Little blue penguins (Eudyptula minor) are the smallest penguins in the world and are found throughout New Zealand and southern Australia. They are exceptionally cute and cuddly and attract a vast amount of tourists to breeding colonies at Oamaru and Banks Peninsula, among many others. Unfortunately, since the arrival of humans in New Zealand, most little blue penguin populations on the mainland have been in a steady decline due to introduced predators, roadkill, human disturbance and fisheries by-catch. The decline of this charismatic penguin species must be halted in order to preserve not only the species but a significant amount of tourism revenue generated annually.
The numerous colonies of little blue penguins on the beautiful West Coast of New Zealand’s South Island are some of those thought to be in decline. Sol Heber, from the Centre for Nature Conservation in Goettingen, Germany, along with Lincoln University ecologists Kerry-Jane Wilson and Laura Molles, studied the breeding biology and breeding success of little blue penguins on the West Coast as this was thought to be a possible factor contributing to the apparent decline.
Blue penguin breeding burrows at nine study sites were checked at regular intervals from 23 August 2006 to 18 December 2006. Each time the boxes were checked, the number of adults, eggs and chicks present was recorded in order to determine breeding success, incubation time, guard period and nestling period. Vertebrate tracking tunnels and traps were also used to determine what potential predators may be present in each of the nine study sites.
Hatching, fledging and overall breeding success were found to be 78.9, 83.9 and 66.2% respectively. These breeding success values were quite high compared to breeding success data from five other colonies in New Zealand and Australia. Incubation, guard and nestling periods were also found to be in a similar range of times to the other sites. Rat (Rattus rattus) tracks were found in 60% of the tracking tunnels laid, the only potential predator which left tracks. Eight rats and four stoats (Mustela erminea) were the only predators which were caught in traps. This is a large potential hazard for the blue penguin population.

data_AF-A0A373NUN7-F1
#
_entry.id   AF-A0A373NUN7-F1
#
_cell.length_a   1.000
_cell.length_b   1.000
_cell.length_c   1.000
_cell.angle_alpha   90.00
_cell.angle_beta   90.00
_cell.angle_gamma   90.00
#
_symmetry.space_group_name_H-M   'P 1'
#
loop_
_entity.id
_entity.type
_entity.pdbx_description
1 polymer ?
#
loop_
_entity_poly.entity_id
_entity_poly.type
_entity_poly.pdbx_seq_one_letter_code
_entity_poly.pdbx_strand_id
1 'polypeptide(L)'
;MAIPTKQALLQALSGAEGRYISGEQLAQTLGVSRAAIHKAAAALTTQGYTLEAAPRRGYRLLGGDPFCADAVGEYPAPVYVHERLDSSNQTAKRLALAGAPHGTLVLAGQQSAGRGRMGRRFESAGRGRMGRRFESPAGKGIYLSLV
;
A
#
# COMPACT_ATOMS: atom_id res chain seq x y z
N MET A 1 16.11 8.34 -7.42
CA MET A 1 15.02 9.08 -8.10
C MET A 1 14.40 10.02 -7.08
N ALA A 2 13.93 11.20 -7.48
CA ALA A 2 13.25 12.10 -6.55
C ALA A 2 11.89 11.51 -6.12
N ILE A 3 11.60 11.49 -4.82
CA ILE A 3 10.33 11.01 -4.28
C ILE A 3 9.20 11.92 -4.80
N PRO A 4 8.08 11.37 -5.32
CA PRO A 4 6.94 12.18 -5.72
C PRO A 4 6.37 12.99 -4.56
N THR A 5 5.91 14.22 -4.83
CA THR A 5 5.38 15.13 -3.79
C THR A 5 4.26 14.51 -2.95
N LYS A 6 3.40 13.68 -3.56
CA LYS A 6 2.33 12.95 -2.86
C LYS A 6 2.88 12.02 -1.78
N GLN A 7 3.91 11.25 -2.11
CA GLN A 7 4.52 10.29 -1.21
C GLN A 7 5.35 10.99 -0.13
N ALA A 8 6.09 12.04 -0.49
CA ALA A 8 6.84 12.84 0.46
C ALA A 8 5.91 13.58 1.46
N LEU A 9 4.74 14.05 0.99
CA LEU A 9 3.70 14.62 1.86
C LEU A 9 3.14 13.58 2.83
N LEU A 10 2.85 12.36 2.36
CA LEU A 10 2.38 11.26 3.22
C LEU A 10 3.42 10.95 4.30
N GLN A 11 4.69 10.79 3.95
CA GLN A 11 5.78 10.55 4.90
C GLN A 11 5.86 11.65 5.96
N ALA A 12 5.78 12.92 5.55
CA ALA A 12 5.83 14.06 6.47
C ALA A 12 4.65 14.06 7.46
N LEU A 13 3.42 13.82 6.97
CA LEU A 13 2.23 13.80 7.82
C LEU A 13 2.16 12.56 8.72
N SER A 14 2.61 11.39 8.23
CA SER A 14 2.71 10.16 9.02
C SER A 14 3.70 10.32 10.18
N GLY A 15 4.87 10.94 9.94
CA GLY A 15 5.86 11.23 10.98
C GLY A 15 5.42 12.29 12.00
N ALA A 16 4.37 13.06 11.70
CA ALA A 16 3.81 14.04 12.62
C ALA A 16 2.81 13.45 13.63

These results have a variety of implications when it comes to conservation of this species. It appears that the breeding success of the West Coast little blue penguins is not low enough to be contributing to the decline. The impact of predators on the population is also not as high as previously thought with only around 5.6% and 10.7% of eggs and chicks being taken by predators respectively. This then begs the question, “What is actually causing the decline of little blue penguins on the West Coast?”
Heber, Wilson and Molles concluded that the primary cause is probably adult birds being run over when crossing roads. If true, it is none other than humans who are having the biggest impact on the West Coast blue penguin colonies. When an adult bird is removed from the population during breeding season there is the potential that any eggs or chicks it is looking after will also die and there will also be a loss in breeding in subsequent years. Therefore, control of adult mortality of little blue penguins is the key to their survival on the West Coast.